The European Union is a political and economic union of 28 nations – which still includes Britain.
Member states are allowed to trade freely within the region as part of the single market. People, services, capital and goods can cross borders freely as if the EU was one nation.
The EU has a population of around 510 million people, it has a flag – stars in a circle on a dark blue background – and Ode to Joy by Ludwig van Beethoven is its anthem.
Around 7.3% of the total population of the world are EU citizens and it generates a gross domestic product of $16,477 trillion which is around 22% of global GDP.
Why was the EU set up?
In the aftermath of the devastation of the Second World War – and with the First World War still fresh in the memory – European integration was seen as a vital tool to stopping any further bloodshed. However it took until 1957 for Belgium, Italy, France, Luxembourg, The Netherlands and what was then West Germany to sign the Treaty of Rome which created the European Economic Community.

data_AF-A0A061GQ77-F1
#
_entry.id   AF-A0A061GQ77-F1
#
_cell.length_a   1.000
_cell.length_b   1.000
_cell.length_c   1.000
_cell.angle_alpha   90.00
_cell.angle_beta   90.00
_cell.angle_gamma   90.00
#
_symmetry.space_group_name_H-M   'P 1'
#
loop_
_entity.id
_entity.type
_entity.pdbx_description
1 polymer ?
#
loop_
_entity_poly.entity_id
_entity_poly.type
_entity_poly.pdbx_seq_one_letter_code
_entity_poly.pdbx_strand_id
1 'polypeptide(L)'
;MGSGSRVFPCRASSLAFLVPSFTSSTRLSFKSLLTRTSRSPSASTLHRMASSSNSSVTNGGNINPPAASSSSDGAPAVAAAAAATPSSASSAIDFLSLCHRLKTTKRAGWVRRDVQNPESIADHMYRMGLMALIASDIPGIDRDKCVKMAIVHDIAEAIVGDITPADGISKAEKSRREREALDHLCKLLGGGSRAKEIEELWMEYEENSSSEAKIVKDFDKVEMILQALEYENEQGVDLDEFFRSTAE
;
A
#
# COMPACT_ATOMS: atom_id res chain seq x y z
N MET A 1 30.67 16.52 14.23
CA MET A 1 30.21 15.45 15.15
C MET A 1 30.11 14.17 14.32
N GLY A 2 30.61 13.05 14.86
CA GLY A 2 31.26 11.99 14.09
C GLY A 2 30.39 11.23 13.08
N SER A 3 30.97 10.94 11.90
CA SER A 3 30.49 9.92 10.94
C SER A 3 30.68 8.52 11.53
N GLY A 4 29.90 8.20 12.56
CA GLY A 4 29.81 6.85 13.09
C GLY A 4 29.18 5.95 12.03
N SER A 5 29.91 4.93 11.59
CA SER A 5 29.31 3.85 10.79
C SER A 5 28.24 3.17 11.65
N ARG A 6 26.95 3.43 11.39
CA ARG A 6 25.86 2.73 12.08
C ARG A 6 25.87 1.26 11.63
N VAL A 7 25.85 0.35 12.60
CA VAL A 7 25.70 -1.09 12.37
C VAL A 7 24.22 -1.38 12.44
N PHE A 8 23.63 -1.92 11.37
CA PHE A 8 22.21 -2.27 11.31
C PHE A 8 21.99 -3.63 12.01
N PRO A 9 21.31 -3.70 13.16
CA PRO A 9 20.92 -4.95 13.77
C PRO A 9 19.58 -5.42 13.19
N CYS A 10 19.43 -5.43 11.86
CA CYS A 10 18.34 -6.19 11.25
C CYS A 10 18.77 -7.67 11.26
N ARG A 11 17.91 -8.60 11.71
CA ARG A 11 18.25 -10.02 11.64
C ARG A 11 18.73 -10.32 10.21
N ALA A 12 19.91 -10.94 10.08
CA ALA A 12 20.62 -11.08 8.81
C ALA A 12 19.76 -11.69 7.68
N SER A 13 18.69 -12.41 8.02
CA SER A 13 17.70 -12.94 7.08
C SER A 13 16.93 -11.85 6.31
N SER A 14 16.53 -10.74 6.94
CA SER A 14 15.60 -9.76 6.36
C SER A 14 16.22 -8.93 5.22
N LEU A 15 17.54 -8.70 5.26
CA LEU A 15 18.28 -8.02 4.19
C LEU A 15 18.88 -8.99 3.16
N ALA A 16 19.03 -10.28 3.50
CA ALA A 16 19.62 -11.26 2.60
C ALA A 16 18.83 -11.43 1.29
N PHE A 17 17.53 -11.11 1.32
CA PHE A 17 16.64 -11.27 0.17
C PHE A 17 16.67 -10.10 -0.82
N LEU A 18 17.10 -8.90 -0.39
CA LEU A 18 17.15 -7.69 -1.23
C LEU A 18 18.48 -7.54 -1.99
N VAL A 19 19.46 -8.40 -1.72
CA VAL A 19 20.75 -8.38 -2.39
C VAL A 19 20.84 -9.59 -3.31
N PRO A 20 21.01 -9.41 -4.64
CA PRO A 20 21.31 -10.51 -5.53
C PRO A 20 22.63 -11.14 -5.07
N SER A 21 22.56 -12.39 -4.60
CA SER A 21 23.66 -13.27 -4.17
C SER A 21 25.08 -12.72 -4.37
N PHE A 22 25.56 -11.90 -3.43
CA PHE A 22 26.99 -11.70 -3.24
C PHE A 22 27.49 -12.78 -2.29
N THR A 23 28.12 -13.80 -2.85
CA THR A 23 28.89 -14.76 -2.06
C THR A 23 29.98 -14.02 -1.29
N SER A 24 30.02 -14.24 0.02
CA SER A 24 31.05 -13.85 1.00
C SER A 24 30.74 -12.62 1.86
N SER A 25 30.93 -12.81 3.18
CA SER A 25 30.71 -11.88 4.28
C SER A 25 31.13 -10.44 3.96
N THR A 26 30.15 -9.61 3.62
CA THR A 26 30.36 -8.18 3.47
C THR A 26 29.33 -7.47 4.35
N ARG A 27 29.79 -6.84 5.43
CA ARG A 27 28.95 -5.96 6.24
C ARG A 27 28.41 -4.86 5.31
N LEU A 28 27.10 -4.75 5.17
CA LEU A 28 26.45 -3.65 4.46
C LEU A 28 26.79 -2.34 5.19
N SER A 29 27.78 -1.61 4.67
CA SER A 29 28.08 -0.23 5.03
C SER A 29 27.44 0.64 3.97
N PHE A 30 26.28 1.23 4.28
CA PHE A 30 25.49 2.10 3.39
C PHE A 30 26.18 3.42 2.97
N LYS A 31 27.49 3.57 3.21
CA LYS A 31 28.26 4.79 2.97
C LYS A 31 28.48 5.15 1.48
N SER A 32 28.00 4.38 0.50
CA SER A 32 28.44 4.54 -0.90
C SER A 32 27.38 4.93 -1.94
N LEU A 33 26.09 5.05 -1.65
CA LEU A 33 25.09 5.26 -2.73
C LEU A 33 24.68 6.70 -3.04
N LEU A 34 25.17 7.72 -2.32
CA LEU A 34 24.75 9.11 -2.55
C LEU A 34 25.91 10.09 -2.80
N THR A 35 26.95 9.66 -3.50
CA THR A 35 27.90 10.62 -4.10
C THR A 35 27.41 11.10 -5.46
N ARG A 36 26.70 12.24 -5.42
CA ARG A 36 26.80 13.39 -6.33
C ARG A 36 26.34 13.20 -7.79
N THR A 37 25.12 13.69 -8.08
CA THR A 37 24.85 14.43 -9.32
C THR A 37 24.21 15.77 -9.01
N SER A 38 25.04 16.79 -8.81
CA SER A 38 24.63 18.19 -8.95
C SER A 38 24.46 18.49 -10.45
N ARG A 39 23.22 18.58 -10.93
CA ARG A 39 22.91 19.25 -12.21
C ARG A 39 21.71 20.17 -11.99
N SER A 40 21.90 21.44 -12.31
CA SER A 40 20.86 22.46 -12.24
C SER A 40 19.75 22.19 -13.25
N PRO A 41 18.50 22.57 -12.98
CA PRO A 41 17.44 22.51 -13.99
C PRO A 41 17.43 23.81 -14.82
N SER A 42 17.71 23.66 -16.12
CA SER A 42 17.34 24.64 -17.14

In the 1970s the community grew. Britain joined the EEC in 1973 and a referendum two years later confirmed membership with 67% voting for stronger links with the continent.
In 2002 12 members states gave up their currencies and replaced them with the euro. A further seven countries have joined the single currency since then.
Former British Prime Minister Tony Blair was supportive of Britain joining the euro but his chancellor Gordon Brown battled furiously for the UK to keep the pound. He placed five economic tests on Britain’s ability to join the single currency and a planned referendum was never called.
The modern EU
Today the EU operates with seven key decision-making bodies known as the institutions of the European Union.
* The European Council
* The Council of the European Union
* The European Parliament
* The European Commission
* The Court of Justice of the European Union
* The European Central Bank
* The European Court of Auditors